-Large Study Shows Benefits Differ from those in Adults-
PHILADELPHIA, May 6 /PRNewswire-USNewswire/ -- Corticosteroids given to children who are hospitalized for bacterial meningitis do not provide a benefit in survival or in reduced hospital stays, according to a large multicenter study by pediatric researchers. This finding stands in contrast to previous studies in hospitalized adults, for whom corticosteroids dramatically reduced mortality.
"Because of the demonstrated benefits of these drugs in adults, physicians have increasingly been using corticosteroids in children with bacterial meningitis," said study leader Samir S. Shah, M.D., an infectious diseases specialist from The Children's Hospital of Philadelphia. "This study reminds us again that children are not just small adults. We need to consider whether the problems associated with corticosteroid use, such as gastrointestinal bleeding, outweigh any potential benefits."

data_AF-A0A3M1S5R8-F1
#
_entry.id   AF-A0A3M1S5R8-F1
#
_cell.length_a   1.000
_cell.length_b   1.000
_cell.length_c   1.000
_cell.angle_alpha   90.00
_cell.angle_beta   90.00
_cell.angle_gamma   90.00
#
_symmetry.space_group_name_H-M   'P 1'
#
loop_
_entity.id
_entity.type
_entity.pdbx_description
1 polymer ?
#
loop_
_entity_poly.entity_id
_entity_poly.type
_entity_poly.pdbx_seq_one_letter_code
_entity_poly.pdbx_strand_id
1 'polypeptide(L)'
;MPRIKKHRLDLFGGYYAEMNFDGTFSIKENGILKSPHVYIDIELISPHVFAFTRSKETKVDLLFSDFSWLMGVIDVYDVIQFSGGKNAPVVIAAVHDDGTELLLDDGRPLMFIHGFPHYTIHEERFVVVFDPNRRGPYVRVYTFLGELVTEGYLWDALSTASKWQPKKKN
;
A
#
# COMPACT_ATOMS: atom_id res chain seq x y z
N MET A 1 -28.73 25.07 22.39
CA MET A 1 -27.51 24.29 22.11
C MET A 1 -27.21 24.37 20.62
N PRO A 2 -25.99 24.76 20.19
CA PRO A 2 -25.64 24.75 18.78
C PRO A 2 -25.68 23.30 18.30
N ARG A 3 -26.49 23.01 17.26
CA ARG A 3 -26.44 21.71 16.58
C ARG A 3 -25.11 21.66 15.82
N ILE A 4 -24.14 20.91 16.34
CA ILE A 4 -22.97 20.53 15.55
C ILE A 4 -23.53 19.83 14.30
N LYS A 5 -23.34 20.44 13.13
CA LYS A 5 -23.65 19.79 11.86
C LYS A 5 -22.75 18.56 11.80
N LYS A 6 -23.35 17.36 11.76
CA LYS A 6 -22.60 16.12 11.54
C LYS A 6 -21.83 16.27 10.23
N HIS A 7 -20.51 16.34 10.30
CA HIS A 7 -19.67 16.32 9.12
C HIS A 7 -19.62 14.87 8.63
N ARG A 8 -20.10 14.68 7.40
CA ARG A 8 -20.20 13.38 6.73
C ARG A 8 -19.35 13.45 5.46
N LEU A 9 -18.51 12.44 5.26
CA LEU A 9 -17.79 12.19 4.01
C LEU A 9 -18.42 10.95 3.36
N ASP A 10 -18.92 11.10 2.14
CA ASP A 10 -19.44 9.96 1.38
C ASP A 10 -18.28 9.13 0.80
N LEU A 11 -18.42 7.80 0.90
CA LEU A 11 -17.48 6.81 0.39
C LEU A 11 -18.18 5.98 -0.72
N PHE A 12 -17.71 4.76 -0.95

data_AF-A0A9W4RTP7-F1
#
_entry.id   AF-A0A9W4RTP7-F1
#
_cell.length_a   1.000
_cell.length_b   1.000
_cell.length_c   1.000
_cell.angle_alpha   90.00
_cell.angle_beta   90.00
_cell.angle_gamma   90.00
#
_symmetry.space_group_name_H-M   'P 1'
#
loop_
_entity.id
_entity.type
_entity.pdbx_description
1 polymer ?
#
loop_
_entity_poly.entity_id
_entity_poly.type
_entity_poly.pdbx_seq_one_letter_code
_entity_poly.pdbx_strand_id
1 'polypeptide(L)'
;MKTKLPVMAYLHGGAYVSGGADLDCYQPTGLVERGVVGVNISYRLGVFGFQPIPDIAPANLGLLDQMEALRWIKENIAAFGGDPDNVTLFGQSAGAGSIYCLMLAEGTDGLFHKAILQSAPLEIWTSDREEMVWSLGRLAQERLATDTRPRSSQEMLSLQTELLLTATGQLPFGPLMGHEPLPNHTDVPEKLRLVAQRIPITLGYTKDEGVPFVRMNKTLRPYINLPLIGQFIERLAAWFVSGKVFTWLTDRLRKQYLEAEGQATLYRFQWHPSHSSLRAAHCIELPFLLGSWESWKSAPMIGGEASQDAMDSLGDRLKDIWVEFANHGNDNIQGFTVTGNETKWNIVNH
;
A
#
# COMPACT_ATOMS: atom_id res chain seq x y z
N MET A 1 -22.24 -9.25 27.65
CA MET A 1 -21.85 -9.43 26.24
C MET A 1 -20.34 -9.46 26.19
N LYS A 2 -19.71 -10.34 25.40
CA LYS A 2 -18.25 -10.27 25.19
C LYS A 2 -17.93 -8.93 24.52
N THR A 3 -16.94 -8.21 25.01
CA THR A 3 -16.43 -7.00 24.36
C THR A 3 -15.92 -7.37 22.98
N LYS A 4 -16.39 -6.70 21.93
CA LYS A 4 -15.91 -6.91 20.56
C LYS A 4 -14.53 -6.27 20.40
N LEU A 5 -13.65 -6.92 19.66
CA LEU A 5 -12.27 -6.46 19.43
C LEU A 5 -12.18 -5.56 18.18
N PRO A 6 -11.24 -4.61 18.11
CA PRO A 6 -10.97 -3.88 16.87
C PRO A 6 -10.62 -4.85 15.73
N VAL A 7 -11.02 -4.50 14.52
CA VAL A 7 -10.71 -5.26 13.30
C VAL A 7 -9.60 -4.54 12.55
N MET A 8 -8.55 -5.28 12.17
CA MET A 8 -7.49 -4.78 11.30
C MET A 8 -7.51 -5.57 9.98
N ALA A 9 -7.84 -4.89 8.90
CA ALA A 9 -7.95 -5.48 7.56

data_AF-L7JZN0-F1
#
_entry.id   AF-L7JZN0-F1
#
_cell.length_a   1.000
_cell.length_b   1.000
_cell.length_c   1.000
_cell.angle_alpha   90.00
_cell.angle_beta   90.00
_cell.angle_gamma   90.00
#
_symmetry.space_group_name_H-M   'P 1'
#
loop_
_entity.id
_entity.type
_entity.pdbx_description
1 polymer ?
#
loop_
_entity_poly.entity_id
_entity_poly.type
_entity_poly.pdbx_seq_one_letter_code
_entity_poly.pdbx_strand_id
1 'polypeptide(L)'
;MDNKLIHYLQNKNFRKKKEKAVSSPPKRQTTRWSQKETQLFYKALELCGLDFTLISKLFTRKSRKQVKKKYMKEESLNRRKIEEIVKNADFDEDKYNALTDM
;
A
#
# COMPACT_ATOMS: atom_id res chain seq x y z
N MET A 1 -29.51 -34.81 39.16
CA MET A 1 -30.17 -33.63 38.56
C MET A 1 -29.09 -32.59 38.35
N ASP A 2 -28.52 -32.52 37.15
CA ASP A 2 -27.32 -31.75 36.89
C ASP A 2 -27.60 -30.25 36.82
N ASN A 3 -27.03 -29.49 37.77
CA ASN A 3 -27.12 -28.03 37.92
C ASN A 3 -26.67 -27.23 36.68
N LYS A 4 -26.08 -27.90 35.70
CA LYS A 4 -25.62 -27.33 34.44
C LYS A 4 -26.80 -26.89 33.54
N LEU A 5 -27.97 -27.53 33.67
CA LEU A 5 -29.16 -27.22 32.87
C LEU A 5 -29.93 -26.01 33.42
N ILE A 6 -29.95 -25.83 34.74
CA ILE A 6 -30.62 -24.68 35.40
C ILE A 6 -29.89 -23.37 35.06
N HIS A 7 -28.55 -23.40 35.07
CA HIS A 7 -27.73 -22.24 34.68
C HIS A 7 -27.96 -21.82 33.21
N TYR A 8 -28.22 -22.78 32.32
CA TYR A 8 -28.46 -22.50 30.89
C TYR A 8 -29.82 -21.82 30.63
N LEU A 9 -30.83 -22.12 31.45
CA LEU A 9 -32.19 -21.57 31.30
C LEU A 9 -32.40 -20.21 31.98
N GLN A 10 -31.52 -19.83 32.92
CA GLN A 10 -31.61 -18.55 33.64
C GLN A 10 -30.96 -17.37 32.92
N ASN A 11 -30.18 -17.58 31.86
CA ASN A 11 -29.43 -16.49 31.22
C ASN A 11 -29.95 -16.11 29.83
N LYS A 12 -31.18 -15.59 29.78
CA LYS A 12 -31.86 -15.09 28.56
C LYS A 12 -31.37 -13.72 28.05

He added that further research should analyze whether corticosteroids may provide other benefits to children, such as improved neurological outcomes among survivors, a question not considered in this study.
The study appears in the May 7 issue of the Journal of the American Medical Association.
Shah's team analyzed medical records of 2,780 children with bacterial meningitis at 27 U.S. pediatric hospitals from 2001 to 2006. The median age of the children was nine months. Approximately 9 percent, or 248, of the children studied received corticosteroids, with steroid use doubling during the study period, from under 6 percent of children in 2001 to 12 percent in 2006.
There was no significant difference in mortality nor in time to
hospital discharge, between children who received corticosteroids and those
who did not. Overall, unadjusted mortality rates were 6 percent among
children receiving corticosteroids, versus 4 percent among those not
receiving them. There also was no s
|SOURCE The Children's Hospital of Philadelphia|
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